Defensively Oliver Kylington’s game relies on strong positioning. He also uses a quick stick to take the puck off opponents and start the transition game. Kylington maintains excellent gap control and is tough to beat one on one. He is able to intercept passes, break up plays, and quickly start the transition game. The big concern here again goes back to his strength and balance. He is often overwhelmed by bigger, more physical forwards in the corners and in front of the net. He also has some problems with containment in the cycle game. Kylington does not throw a lot of big hits either. While Kylington has a ton of natural skill, there are also some big question marks surrounding his ability to succeed defensively against bigger forwards.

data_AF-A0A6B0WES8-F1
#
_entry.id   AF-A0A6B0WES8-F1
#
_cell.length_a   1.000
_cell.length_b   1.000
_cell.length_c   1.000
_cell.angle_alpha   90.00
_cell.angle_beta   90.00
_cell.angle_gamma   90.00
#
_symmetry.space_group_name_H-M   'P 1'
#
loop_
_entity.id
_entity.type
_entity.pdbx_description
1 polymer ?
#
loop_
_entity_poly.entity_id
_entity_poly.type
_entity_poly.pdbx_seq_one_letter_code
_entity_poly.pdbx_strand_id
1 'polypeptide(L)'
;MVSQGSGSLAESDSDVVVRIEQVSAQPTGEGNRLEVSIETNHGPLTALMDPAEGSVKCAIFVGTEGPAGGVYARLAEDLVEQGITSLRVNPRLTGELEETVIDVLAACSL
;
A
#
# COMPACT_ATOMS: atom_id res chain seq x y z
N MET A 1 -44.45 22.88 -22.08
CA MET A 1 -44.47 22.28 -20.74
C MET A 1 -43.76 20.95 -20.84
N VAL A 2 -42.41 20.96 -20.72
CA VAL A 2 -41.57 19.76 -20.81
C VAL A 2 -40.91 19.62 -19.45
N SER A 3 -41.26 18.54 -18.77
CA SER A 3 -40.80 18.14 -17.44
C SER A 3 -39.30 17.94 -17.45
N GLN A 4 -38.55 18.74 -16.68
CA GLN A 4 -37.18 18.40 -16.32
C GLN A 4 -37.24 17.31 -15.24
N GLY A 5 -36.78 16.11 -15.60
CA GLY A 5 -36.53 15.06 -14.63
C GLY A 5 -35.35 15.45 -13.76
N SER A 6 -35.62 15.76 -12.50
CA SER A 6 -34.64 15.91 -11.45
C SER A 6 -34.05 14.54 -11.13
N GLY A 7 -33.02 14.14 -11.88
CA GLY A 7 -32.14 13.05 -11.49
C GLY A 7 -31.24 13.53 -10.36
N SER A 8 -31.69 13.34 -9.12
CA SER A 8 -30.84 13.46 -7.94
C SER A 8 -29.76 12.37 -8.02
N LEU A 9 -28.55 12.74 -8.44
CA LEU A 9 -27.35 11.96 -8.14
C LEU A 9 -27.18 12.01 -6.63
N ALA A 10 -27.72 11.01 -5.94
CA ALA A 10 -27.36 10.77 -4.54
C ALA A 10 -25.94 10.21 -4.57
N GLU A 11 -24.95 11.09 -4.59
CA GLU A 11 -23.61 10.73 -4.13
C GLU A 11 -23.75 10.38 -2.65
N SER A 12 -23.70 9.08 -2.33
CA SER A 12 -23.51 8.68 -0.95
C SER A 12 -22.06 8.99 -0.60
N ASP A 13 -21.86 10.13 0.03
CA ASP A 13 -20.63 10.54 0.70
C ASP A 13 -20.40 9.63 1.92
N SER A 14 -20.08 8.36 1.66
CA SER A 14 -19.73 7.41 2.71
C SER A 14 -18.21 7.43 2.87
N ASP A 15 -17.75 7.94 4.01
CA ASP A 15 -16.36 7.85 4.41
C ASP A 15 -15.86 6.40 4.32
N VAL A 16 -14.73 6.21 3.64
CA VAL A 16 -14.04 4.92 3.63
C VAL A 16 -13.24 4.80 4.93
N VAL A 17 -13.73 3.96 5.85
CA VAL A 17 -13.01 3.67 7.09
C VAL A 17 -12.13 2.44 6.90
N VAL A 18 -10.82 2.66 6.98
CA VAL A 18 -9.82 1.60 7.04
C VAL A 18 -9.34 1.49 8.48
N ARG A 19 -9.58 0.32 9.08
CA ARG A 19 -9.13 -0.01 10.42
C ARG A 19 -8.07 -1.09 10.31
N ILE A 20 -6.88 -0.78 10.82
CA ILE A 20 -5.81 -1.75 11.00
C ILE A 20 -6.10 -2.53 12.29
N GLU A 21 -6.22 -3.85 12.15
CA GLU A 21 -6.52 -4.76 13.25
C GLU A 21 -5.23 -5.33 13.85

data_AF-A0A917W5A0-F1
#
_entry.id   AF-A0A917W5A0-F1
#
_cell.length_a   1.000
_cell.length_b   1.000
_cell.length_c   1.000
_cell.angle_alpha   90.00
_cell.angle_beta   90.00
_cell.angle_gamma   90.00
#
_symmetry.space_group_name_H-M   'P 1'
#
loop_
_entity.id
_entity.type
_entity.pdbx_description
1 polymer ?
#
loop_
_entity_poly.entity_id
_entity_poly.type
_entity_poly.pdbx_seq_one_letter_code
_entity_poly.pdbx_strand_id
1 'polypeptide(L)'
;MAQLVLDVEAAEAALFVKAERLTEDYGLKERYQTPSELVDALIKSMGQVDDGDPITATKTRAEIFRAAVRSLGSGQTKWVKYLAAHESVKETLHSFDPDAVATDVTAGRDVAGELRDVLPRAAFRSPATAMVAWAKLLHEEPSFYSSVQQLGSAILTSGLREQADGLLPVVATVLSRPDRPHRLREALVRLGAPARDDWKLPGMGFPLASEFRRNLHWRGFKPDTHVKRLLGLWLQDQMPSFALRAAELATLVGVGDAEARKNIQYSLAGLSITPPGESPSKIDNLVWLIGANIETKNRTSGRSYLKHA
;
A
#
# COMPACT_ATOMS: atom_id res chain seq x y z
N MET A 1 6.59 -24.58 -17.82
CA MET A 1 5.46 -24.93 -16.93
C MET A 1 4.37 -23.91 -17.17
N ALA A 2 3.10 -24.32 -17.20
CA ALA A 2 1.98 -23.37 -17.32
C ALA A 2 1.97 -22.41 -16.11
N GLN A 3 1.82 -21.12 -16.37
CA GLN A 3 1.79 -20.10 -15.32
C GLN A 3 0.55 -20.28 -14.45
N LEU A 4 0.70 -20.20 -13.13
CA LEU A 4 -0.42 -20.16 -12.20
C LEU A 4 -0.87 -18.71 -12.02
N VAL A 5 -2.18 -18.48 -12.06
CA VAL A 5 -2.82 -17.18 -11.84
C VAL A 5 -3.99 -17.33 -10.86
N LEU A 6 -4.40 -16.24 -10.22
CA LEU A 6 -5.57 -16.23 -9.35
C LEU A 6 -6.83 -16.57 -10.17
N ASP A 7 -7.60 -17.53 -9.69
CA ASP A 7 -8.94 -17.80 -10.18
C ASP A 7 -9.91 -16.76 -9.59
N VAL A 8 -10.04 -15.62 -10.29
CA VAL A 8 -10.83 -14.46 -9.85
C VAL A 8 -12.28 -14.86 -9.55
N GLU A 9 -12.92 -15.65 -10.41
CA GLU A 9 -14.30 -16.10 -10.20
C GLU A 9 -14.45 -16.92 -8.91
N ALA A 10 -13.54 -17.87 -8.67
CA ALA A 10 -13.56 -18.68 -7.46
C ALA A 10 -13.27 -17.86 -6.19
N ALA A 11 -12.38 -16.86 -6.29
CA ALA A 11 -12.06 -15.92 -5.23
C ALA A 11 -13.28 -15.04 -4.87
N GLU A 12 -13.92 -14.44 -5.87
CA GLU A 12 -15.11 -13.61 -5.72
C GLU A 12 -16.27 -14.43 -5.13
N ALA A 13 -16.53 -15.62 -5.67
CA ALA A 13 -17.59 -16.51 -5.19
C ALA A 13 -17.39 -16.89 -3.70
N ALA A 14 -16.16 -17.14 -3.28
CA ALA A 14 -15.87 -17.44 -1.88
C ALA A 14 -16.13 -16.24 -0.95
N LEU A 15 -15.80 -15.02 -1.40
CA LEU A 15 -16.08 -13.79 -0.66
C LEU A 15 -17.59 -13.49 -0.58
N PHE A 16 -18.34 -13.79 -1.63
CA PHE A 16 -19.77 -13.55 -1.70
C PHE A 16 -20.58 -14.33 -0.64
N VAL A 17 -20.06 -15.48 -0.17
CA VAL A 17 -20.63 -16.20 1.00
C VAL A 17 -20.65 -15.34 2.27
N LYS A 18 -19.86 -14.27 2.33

Kylington should start the season in the AHL again this year. He is a a project who will need more development. The Flames have high hopes that he can correct his flaws and be a solid top four player down the road.
Sleeper Prospect: Andrew Mangiapane
Left Wing — shoots Left
Born Apr 4 1996 — Bolton, ONT
Height 5’10 — Weight 182 lbs [178 cm / 83 kg]
Drafted by the Calgary Flames in round 6, #166 overall at the 2015 NHL Entry Draft.
Undrafted in 2014, the Flames made Mangiapane a late round pick after he scored 104 points for the Barrie Colts in 2014-15. He followed that up with 106 points in 59 games this season, earning a spot on the OHL Second All-Star team. Mangiapane was excellent in the OHL playoffs. He scored 10 goals and 21 points in 15 games.